When Gabe and Josh Anderson watch Jerry Kill coach the Minnesota Gophers football team on Saturdays, they don’t see someone they should pity.
They see hope.
Brothers Gabe, 11, and Josh, 9, both have epilepsy. They both love football, and they love Jerry Kill.
So when Kill had another seizure during the game Saturday, they were concerned, but saw the incident as just part of a life they have known for years.
While some were unsettled by Kill’s latest attack, Gabe said the coach’s visibility helps people understand what he and his brother go through, but it also shows them they are capable of great things.
“I think it’s extremely important because I don’t think there are many people in that kind of position that come forward” about the disease, said Gabe. “He’s a Division I coach.”
Both boys like to throw the football around in the back yard, and Gabe played organized football until an unrelated concussion ended his season this year. The boys met Kill at Camp Oz, a Hudson, Wis., camp for kids who have seizures.
During his appearance at Camp Oz, Kill told the kids:
“I’m just like you, and that’s a great thing,” Kill said. “I feel very good about it. It’s really about having a good, positive attitude and making sure you can do what you want to do.”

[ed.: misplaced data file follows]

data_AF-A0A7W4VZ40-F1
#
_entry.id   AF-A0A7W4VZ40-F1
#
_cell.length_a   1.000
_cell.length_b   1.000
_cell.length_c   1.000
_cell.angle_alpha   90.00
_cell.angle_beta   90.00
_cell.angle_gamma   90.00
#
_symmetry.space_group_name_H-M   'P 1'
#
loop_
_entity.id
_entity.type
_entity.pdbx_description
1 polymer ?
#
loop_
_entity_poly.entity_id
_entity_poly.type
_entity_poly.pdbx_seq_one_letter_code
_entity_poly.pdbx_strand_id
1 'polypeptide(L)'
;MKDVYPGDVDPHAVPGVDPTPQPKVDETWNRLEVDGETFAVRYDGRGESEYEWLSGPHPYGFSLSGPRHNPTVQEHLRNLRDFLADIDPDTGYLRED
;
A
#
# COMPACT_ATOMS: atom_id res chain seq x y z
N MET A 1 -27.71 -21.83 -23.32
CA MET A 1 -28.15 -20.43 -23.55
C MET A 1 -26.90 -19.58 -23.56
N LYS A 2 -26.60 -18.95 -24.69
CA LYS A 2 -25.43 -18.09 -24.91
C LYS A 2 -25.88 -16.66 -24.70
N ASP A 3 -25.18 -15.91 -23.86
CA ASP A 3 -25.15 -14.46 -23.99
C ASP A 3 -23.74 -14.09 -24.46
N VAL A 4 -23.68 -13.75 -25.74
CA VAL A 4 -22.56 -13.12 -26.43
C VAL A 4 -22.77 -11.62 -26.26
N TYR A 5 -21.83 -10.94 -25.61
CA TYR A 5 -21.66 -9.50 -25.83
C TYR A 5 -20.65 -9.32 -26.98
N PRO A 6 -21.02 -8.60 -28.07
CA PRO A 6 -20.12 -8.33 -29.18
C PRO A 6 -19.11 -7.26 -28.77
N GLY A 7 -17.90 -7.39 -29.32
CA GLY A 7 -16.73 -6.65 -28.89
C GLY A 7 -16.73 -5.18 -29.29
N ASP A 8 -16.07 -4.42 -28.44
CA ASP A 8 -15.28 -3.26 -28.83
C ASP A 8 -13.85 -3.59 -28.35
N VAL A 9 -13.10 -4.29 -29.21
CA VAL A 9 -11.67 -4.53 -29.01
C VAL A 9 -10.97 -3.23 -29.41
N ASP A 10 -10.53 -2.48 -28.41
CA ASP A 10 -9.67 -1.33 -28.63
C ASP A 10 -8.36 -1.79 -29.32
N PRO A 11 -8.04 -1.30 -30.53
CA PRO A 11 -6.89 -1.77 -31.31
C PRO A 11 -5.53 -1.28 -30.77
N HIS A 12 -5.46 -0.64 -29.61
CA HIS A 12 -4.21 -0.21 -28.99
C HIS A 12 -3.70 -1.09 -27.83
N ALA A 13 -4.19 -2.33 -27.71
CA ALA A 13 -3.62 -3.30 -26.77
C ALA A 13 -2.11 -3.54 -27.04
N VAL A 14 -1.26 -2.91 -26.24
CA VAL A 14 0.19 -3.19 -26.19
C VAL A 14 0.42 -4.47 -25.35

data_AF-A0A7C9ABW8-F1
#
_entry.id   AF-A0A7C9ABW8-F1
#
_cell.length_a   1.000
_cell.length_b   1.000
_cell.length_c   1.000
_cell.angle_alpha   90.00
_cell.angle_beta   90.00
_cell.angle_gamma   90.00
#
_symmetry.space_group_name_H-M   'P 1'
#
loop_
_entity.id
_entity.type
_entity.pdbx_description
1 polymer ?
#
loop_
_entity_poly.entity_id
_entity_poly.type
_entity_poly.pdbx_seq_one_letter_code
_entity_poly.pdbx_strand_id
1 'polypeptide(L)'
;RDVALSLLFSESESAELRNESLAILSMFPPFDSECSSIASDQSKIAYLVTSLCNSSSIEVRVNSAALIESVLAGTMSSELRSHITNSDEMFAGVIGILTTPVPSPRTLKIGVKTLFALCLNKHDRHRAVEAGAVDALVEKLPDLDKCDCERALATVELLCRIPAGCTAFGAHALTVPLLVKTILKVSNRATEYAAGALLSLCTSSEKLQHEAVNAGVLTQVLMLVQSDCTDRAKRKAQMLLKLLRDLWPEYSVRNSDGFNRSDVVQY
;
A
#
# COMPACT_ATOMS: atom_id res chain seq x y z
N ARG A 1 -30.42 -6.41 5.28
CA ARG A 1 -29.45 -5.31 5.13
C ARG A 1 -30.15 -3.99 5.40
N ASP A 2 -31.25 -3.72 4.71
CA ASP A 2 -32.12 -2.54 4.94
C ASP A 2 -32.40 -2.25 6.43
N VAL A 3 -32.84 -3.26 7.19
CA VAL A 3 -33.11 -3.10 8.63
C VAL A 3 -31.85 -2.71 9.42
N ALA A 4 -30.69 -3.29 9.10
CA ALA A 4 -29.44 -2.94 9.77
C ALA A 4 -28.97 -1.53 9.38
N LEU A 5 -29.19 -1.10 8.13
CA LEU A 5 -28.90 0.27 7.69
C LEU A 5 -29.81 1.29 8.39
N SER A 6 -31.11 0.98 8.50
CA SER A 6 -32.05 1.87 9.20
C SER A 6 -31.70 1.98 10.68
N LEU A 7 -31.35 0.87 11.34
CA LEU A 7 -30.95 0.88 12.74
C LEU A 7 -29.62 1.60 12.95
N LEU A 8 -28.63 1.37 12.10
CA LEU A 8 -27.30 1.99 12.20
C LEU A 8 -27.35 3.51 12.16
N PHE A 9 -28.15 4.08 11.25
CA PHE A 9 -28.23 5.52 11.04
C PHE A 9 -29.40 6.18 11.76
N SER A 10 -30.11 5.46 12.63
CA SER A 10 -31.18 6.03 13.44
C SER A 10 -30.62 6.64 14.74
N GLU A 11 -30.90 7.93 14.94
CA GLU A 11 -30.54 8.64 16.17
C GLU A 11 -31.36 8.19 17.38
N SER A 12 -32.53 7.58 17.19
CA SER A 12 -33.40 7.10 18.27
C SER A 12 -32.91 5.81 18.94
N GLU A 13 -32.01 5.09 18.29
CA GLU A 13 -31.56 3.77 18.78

Then he went around and asked the kids what they wanted to do with their lives. One said he wanted to develop a medicine that tasted like candy.
“If you can get medicine to taste like candy, we’ll all be happy,” said Kill.
A girl said she wanted to be a princess.
“You’re already a princess,” Kill joked.
Gabe and Josh have also been to Gopher practices, where Kill continued his message.
After practice, Kill brought his players to meet his visitors brought by the Epilepsy Foundation of Minnesota.
“He looked at the team and said, ‘these are my people,’ ” said their mom, Kristin Anderson. “Then he told the kids, ‘don’t let anybody tell you you can’t follow your dreams.’ ”
Yet, the general public doesn’t always respond with charity when people have epileptic seizures, said Melissa Becker, communications director for the foundation.
When prominent people with cancer or heart disease battle publicly while doing their jobs, they are often lauded, Becker said. But when Kelly Osbourne had a seizure in March, people took to social media to make fun of her. A New York Daily News story said 41 percent of the comments were negative.
Becker said the foundation gets dozens of calls each week from people who lose their jobs after a seizure, and parents of kids who are bullied in school. Not long ago, a girl was removed from a field trip that she saved for because of increased seizures.
Anderson said she understands that seizures upset people.
“It’s horrible to see someone having a grand mal seizure,” said Anderson, “especially when they are children. I’m not saying that it doesn’t hit people’s emotions, because it does.”
But Anderson thinks Kill’s job status should be judged by the coach, his doctors and whether he’s successful, not by his epilepsy.
“My faith is in the University of Minnesota to make that decision and make that call,” Anderson said.
Until then, Kill will continue to have an impact on her sons.
“He inspires me,” Gabe said.
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